Page 266 - Jewish Book Annual Volume 50

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R. Meir was held in at least two locales, in prisons (fortresses)
described only by the term
The severity of his impris­
onment varied. He had limited or even moderate access to rab­
binic texts at different times, and he was visited by students
who were able to discuss legal and ritual matters with him at
Haggahot Maimuniyyot
refers to
that R. Meir
began to compose while in prison.37 These novellae have not
survived as a separate entity but were perhaps incorporated into
collections o f his responsa and the works o f his students.
One of the most poignant questions found within the respon­
sa literature of the medieval period was addressed to R. Meir,
prior to his arrest, by a Jew from Koblenz. The man had slaugh­
tered his family while a pogrom was in progress, in order to
prevent them from falling into Christian hands. He was saved
from his own suicide attempt, or just prior to it. He asked R.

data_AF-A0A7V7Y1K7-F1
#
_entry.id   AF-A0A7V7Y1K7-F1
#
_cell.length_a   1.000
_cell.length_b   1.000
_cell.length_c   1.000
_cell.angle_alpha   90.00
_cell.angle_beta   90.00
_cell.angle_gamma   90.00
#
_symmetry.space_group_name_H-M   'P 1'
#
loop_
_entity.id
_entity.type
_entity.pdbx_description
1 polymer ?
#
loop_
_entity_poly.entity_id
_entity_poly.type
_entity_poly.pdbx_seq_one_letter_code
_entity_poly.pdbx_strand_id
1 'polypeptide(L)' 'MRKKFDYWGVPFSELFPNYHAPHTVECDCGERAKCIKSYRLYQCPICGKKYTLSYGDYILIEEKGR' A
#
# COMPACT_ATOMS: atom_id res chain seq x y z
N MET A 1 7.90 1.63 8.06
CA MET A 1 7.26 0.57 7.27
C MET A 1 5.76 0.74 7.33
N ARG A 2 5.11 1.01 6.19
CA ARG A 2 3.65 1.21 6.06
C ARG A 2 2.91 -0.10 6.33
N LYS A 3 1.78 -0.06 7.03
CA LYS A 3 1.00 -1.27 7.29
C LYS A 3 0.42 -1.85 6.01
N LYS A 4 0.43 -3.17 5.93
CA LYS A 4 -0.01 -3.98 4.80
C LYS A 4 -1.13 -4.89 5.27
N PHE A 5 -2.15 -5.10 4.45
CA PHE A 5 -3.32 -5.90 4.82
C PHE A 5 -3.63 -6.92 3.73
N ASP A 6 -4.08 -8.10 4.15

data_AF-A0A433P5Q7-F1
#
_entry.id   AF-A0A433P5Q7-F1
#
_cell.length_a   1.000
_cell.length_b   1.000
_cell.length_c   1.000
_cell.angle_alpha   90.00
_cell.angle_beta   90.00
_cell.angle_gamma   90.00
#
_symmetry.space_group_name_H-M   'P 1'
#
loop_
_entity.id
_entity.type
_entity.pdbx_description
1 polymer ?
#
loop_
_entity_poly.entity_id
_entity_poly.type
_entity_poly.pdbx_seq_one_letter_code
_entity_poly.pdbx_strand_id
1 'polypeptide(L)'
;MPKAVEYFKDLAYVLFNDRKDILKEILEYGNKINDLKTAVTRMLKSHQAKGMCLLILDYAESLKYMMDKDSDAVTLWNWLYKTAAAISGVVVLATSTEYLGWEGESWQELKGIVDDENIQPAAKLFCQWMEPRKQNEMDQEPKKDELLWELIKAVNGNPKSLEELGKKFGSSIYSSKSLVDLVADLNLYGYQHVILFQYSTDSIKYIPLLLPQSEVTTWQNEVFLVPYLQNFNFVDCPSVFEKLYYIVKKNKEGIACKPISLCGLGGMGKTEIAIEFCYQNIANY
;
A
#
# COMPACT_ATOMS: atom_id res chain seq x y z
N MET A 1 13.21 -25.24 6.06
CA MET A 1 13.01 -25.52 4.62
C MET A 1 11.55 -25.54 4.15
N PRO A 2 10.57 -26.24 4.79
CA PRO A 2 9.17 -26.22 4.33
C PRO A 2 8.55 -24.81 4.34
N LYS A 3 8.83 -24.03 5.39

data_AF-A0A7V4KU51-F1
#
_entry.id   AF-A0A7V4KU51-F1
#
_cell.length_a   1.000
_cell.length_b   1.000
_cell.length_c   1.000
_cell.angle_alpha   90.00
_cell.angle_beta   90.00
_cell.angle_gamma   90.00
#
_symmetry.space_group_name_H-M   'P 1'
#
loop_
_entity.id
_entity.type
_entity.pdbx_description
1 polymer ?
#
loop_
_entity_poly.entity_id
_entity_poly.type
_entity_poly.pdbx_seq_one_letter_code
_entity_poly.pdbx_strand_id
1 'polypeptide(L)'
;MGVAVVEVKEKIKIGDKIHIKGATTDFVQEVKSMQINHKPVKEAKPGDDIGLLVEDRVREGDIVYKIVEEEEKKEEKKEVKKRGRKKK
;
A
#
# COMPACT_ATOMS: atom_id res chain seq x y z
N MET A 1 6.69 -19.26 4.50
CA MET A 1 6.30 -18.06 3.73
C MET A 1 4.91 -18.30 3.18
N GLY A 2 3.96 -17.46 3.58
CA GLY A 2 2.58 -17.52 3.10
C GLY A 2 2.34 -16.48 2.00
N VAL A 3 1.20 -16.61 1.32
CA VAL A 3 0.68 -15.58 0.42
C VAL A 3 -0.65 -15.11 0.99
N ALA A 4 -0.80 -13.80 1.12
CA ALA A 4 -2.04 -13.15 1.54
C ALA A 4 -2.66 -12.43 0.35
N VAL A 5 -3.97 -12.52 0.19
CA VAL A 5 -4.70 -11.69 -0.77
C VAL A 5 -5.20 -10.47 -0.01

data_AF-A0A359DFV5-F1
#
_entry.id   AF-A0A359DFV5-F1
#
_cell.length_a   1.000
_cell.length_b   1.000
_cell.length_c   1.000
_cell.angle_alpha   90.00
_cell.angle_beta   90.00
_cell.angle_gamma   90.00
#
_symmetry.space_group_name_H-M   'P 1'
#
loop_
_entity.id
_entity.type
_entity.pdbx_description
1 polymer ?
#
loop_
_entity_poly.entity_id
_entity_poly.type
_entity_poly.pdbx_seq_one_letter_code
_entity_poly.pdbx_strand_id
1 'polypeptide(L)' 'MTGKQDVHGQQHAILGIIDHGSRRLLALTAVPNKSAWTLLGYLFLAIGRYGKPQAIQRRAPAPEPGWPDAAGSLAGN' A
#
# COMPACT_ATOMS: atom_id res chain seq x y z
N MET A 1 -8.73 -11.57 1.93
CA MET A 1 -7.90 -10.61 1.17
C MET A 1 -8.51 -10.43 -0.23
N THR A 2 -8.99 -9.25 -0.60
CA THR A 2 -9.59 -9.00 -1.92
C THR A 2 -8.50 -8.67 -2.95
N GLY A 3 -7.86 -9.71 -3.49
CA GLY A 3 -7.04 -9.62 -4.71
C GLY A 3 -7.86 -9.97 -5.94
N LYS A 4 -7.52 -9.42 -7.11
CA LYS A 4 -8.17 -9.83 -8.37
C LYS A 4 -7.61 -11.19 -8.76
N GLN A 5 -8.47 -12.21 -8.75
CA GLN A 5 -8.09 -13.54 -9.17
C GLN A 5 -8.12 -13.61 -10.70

Meir what penance he might do for the killing of his family.
R. Meir had difficulty in justifying the act along technical, le­
galistic lines. Suicide in order to escape torture and possible
forced conversion was halakhically justifiable. Killing others was
another matter. Nonetheless, R. Meir concluded that the man’s
act was justified: “
mihu davar zeh pashat hetero
(permission for
this act, and its actual occurrence, was widespread).”38 Many
great Ashkenazic scholars had done precisely this in the face
of their tormentors during the First Crusade and in its after-
math. To require penance of this well-intentioned individual
would be to denigrate and defame the pious scholars o f earlier
days who had performed this deed themselves and who had
thereby permitted it to their followers.39
In another formulation, Maharam asserted that once some­
one had made the decision to undertake martyrdom, he felt
none of the pain of his death, regardless of the means of ex­
37. Agus, 151-53.
38. For the range o f Ashkenazic attitudes concerning the permissibility o f su­
icide and homicide in times of religious persecution, see the sources cited in
Haym Soloveitchik, “Religious Law and Change: The Medieval Ashkenazic E x ­
AJS Review
12 (1987 ): 210 -11 , n. 8.
Teshuvot, Pesaqim u-Minhagim,
ed. I.Z. Kahana, v. 2 (Jerusalem, 1960), 54
(#59 ) .